Co-loading is when a carrier transports multiple loads from different load posters in one journey. This means, instead of an A-B delivery, with one load, a carrier completes multiple drop offs.
This is the opposite of A to B delivery, which is when a carrier transports one load from destination A to destination B for one specific load poster.
As a platform, we encourage A to B service. This way, the carrier can focus on transporting one load at a time, in a safe and timely manner!
Is co-loading allowed on the Exchange?
Co-loading is allowed on the Exchange only if the carrier receives recorded authorisation from all load posters involved.
Please note, co-loading can cause potential cross-contamination between loads and delays in service. If you do choose to co-load, we recommend heeding all risks and drawbacks.
Co-loading with recorded authorisation
If you’re a carrier and you want to complete multiple bookings in one journey you must receive recorded authorisation from all load posters.
This means if you’re carrying two different loads, authorised by two different load posters, you will need recorded permission from both load posters prior to completing your service.
What is an example of recorded authorisation?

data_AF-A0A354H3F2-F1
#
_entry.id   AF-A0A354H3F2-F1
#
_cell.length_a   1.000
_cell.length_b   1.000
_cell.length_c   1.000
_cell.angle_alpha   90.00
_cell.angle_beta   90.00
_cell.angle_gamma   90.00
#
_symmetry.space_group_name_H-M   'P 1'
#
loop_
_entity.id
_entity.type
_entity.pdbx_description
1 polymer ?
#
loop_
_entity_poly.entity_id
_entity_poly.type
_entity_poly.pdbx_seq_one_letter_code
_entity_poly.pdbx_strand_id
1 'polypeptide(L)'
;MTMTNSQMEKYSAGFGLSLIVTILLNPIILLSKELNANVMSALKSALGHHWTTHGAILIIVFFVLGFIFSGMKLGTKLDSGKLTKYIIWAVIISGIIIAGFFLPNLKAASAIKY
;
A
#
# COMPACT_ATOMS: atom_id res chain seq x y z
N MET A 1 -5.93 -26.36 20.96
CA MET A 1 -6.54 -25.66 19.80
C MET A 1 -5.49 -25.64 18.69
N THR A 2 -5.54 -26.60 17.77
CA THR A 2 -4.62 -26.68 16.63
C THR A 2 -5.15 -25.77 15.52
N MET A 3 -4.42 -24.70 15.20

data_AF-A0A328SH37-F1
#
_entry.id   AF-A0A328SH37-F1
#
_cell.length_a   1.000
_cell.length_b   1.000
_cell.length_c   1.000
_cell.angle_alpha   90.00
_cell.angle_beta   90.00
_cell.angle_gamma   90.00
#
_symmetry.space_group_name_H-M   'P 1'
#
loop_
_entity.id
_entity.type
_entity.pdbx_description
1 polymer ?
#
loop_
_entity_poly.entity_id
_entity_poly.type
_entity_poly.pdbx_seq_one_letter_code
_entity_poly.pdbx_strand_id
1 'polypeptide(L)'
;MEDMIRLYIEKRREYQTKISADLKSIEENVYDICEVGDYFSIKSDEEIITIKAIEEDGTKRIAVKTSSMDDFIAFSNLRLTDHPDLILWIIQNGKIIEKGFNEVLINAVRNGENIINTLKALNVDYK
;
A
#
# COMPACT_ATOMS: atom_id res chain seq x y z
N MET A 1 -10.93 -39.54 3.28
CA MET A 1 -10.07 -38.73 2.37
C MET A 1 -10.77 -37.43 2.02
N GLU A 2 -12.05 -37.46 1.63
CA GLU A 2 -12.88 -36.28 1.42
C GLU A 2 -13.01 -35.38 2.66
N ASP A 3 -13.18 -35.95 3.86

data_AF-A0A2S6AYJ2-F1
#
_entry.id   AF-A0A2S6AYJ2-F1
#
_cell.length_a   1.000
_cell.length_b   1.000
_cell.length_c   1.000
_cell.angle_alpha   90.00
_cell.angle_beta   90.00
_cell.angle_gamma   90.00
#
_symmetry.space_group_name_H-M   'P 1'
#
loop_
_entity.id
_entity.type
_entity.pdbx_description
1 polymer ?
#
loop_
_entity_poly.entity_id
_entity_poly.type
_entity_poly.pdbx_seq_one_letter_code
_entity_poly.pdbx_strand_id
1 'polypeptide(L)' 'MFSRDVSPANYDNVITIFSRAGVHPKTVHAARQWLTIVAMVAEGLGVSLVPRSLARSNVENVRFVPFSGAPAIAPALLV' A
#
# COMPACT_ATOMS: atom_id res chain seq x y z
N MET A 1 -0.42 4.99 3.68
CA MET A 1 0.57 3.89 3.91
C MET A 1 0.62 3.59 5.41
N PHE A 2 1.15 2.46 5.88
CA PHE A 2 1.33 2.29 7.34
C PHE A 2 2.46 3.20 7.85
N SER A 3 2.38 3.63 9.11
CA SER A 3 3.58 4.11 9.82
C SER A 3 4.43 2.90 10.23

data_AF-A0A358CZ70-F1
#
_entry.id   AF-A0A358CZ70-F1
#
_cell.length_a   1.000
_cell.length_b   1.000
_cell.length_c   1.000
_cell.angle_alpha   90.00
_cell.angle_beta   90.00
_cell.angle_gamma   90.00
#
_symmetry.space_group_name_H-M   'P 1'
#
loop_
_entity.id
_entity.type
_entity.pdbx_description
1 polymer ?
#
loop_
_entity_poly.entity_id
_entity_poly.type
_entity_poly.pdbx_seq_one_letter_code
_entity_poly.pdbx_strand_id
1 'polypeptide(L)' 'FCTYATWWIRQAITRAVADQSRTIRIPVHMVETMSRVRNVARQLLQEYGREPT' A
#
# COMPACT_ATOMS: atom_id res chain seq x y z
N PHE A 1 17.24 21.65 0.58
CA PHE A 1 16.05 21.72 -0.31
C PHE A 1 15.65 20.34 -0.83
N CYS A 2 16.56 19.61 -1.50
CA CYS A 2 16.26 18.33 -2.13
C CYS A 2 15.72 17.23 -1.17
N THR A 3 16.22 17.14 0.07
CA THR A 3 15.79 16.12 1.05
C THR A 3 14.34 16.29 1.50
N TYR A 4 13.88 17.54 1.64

Recorded authorisation is classed as written evidence from the load poster which states that a carrier has explicit permission to co-load. This can be in the form of an email or a Freight Messenger text.
If you’re a carrier, please ensure you have recorded authorisation from all load posters before completing your booking.
What happens if I do not receive recorded authorisation prior to co-loading?
Co-loading without recorded authorisation is something we take very seriously.
If we become aware that a carrier has co-loaded without consent, we have the right to impose warnings, suspensions, and potentially revoke memberships.
Click to view our full policy around co-loading without consent.
- We encourage all carriers to focus on one booking at a time, per journey, to ensure they provide a high-quality service.
- Carriers who need to co-load must receive recorded authorised permission from all load posters before doing so. Failure to collect written authorisation, prior to co-loading, may have consequences your account.
- Carriers must make all load posters aware of what loads they’re transporting in their vehicle (avoiding cross-contamination risks).
- If you’re a load poster who is authorising a co-load, please make sure you make your requirements clear and coherent.